According to the Nevada Gaming Control Board, Super Bowl LII in 2018 set the state record for Super Bowl betting handle, with $158,586,934 wagered on the NFL championship between the Philadelphia Eagles and New England Patriots.  

Super Bowl LIV in 2020 between the Kansas City Chiefs and San Francisco 49ers came close to that record handle, with $154,679,241 in bets reported, but was the most profitable Super Bowl for Silver State sportsbooks with a win of $18,774,14 on a hold percentage of 12.1 percent. 

Here’s a look at the Super Bowl betting results for Nevada sportsbooks since 1991:

Super Bowl (Year) Super Bowl Result Total Handle Sportsbook Win Hold (Win %)
Super Bowl LV (2021) Tampa Bay 31,
Kansas City 9
$136.1 million $12.6 million 9.2%
Super Bowl LIV (2020) Kansas City 31,
San Francisco 20
$154,679,241 $18,774,148 12.1%
Super Bowl LIII (2019) New England 13,
Los Angeles 3
$145,939,025 $10,780,319 7.4%
Super Bowl LII (2018) Philadelphia 41,
New England 33
$158,586,934 $1,170,432 0.7%
Super Bowl LI (2017) New England 34,
Atlanta 28
$138,480,136 $10,937,826 7.9%
Super Bowl 50 (2016) Denver 24,
Carolina 10
$132,545,587 $13,314,539 10.1%
Super Bowl XLIX (2015)  New England 28,
Seattle 24
$115,986,086 $3,261,066 2.8%
Super Bowl XLVIII (2014) Seattle 43,
Denver 8
$119,400,822 $19,673,960 16.5%
Super Bowl XLVII (2013) Baltimore 34,
San Francisco 31
$98,936,798 $7,206,460 7.3%
Super Bowl XLVI (2012) N.Y. Giants 21,
New England 17
$93,899,840 $5,064,470 5.4%
Super Bowl XLV (2011)  Green Bay 31,
Pittsburgh 25
$87,491,098 $724,176 0.8%
Super Bowl XLIV (2010) New Orleans 31, Indianapolis 17 $82,726,367 $6,857,101 8.3%
Super Bowl XLIII (2009) Pittsburgh 27,
Arizona 23
$81,514,748 $6,678,044 8.2%
Super Bowl XLII (2008) N.Y. Giants 17,
New England 14
$92,055,833 -$2,573,103 -2.80%
Super Bowl XLI (2007) Indianapolis 29,
Chicago 17
$93,067,358 $12,930,175 13.89%
Super Bowl XL (2006) Pittsburgh 21,
Seattle 10
$94,534,372 $8,828,431 9.34%
Super Bowl XXXIX (2005) New England 24, Philadelphia 21 $90,759,236 $15,430,138 17.00%
Super Bowl XXXVIII (2004) New England 32, Carolina 29 $81,242,191 $12,440,698 15.31%
Super Bowl XXXVII (2003) Tampa Bay 48,
Oakland 21
$71,693,032 $5,264,963 7.34%
Super Bowl XXXVI (2002) New England 20,
St. Louis 17
$71,513,304 $2,331,607 3.26%
Super Bowl XXXV (2001) Baltimore 34,
New York Giants 7
$67,661,425 $11,002,636 16.26%
Super Bowl XXXIV (2000) St. Louis 23,
Tennessee 16
$71,046,751 $4,237,978 5.97%
Super Bowl XXXIII (1999) Denver 34,
Atlanta 19
$75,986,520 $2,906,601 3.83%
Super Bowl XXXII (1998) Denver 31,
Green Bay 24
$77,253,246 $472,033 0.61%
Super Bowl XXXI (1997) Green Bay 35,
New England 21
$70,853,211 $2,265,701 3.20%
Super Bowl XXX (1996) Dallas 27,
Pittsburgh 17
$70,907,801 $7,126,145 10.05%
Super Bowl XXIX (1995) San Francisco 49,
San Diego 26
$69,591,818 -$396,674 -0.57%
Super Bowl XXVIII (1994) Dallas 30,
Buffalo 13
$54,483,221 $7,481,541 13.73%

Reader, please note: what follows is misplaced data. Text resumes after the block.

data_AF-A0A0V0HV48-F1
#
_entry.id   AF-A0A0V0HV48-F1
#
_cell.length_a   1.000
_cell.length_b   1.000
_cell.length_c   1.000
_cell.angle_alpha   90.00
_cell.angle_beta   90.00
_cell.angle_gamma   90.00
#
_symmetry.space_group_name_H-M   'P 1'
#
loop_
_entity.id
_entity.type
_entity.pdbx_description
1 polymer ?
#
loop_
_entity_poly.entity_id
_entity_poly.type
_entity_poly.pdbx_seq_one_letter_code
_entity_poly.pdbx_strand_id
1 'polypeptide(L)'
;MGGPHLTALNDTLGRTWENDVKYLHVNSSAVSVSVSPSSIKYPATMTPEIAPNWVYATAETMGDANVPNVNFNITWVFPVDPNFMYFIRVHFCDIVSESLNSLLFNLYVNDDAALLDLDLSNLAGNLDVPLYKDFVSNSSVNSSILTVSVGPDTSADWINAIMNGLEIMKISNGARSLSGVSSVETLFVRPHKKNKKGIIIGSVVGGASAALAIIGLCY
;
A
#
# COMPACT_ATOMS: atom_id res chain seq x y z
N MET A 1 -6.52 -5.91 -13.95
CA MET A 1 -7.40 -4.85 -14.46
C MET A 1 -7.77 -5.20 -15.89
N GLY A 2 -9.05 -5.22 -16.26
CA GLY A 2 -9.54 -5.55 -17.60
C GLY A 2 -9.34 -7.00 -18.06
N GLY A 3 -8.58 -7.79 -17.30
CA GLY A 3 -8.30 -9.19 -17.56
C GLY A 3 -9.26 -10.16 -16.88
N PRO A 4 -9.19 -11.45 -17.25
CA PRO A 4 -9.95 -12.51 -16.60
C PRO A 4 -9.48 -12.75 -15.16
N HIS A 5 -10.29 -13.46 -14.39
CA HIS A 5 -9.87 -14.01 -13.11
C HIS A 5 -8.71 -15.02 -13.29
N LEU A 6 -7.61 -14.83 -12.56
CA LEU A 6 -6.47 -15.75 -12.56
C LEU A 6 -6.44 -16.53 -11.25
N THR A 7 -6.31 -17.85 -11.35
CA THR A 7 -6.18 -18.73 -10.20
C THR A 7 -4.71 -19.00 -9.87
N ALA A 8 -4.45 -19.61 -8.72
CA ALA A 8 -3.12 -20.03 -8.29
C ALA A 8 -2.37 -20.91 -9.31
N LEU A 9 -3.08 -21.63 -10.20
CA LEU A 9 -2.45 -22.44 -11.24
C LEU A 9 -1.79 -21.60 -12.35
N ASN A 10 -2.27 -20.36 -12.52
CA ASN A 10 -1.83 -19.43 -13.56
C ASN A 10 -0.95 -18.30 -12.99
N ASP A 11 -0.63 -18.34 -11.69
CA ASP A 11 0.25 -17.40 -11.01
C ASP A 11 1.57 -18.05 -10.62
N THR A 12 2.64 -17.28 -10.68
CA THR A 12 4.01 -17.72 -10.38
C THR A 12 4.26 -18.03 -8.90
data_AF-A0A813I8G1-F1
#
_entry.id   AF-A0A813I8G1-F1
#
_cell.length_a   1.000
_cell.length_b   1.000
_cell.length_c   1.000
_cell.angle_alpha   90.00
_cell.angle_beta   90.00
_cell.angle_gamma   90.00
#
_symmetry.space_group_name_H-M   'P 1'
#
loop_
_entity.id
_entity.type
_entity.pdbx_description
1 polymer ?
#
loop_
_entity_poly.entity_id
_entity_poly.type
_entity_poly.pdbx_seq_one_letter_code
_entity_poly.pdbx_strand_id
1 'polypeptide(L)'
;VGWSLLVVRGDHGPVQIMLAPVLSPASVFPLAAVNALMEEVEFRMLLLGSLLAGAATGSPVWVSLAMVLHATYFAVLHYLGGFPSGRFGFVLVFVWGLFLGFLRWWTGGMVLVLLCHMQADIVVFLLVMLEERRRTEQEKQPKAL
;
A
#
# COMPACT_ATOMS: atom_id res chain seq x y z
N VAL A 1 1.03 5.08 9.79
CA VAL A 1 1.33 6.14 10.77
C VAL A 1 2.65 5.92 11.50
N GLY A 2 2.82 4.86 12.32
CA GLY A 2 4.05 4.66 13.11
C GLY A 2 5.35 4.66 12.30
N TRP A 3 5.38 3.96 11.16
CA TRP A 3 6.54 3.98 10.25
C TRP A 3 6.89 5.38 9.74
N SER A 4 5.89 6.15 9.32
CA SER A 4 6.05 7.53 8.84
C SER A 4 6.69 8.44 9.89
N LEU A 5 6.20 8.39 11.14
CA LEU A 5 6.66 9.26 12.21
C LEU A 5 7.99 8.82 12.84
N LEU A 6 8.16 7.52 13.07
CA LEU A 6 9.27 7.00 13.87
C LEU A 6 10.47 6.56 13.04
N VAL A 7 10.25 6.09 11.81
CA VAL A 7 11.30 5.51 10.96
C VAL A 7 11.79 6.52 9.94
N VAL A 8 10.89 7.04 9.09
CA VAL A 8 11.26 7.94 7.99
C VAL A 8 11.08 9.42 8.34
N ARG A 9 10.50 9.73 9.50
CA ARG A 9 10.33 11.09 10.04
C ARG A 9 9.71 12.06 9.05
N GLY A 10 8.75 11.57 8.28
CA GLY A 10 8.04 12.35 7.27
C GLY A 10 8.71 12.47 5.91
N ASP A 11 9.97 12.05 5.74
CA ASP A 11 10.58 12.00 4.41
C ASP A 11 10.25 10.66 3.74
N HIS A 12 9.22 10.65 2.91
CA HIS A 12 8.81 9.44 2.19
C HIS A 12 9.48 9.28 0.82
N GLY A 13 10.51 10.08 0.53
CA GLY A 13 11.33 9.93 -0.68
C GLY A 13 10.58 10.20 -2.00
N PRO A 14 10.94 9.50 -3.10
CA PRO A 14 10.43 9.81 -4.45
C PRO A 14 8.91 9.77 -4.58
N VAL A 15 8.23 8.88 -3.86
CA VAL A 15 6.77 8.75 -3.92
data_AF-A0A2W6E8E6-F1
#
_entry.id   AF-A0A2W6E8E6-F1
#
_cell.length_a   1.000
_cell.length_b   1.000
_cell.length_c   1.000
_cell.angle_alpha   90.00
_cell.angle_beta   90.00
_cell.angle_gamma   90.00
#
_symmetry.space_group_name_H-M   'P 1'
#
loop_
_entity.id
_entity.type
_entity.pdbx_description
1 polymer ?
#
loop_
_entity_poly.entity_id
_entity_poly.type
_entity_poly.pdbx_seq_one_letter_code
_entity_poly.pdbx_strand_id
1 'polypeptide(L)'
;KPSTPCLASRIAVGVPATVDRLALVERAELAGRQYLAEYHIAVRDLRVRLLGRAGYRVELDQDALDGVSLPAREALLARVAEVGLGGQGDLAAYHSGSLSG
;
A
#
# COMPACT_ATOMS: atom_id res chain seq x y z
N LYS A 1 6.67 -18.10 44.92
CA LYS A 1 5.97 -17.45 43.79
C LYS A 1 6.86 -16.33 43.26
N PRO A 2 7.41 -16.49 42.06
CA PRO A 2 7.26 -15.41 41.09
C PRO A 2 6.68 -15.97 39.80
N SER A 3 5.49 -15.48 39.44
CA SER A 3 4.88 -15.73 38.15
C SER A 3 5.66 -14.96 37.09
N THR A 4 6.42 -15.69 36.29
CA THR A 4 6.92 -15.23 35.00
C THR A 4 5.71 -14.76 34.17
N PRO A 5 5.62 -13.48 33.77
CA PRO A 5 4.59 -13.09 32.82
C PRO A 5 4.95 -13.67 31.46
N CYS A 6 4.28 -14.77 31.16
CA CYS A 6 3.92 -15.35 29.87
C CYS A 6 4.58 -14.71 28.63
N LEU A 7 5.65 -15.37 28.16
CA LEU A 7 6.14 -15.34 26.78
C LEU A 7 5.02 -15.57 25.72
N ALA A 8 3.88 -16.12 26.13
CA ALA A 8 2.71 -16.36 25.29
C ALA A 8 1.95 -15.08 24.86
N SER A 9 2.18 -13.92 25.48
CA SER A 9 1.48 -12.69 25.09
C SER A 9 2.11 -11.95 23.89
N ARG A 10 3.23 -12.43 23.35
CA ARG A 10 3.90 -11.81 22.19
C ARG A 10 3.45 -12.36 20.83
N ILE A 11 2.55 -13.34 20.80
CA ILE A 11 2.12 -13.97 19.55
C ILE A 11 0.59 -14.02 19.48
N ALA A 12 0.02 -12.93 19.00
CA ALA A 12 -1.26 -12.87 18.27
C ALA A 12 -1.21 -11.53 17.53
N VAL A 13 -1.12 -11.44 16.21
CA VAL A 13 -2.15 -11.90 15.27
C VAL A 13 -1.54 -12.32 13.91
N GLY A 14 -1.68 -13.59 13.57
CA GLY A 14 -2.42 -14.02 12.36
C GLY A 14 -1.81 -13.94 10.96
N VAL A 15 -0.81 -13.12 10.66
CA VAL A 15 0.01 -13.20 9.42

Super Bowl XXVII (1993) Dallas 52,
Buffalo 17
$56,811,405 $7,174,869 12.63%
Super Bowl XXVI (1992) Washington 37,
Buffalo 24
$50,334,277 $301,280 0.60%
Super Bowl XXV (1991) New York Giants 20, Buffalo 19 $40,080,409 $3,512,241 8.76%

How Does Vegas Always Win?

Well, it's not always, but it's extremely consistent. As the above table shows, Nevada sportsbooks have posted just two losing Super Bowls since 1991, though there have been a few very lean wins of 1 percent or less. For the most part, though, the books have done well.

Jay Kornegay, a decades-long industry insider who oversees operations of The SuperBook as vice president of race and sports for Westgate, explained the long-term success.

"I believe it’s been a combination of a few results," Kornegay said. "The futures have been very favorable over the years. There haven't been that many years where we lost on NFL Super Bowl futures. The outcomes have treated the books very well over the years."

Indeed, with 32 teams to bet on and only one winner, by the end of each season, oddsmakers only have to dodge that one big popular bullet or a long shot that took a lot of money at larger odds and somehow got to and won the Super Bowl.

The massive growth of Super Bowl prop bets over the past decade or so has also contributed greatly to sportsbooks' success in the market.

"The Super Bowl propositions have been out-handling the game itself for many years now," Kornegay said, speaking not only of prop-bet activity at The SuperBook, but all Nevada sportsbooks. "In most cases, the results have been positive for the operators."

And more recently, the explosive growth of betting via mobile app has been tremendous for the Super Bowl, not just up until kickoff, but throughout the game with in-game betting.

"As we all know, the mobile channel has been growing each and every year. It’s no different for the biggest single wagering event of the year," Kornegay said. "In-game wagering has also grown over the years, and its popularity during the Super Bowl has seen a spike in the last few years, as more customers are comfortable with that option."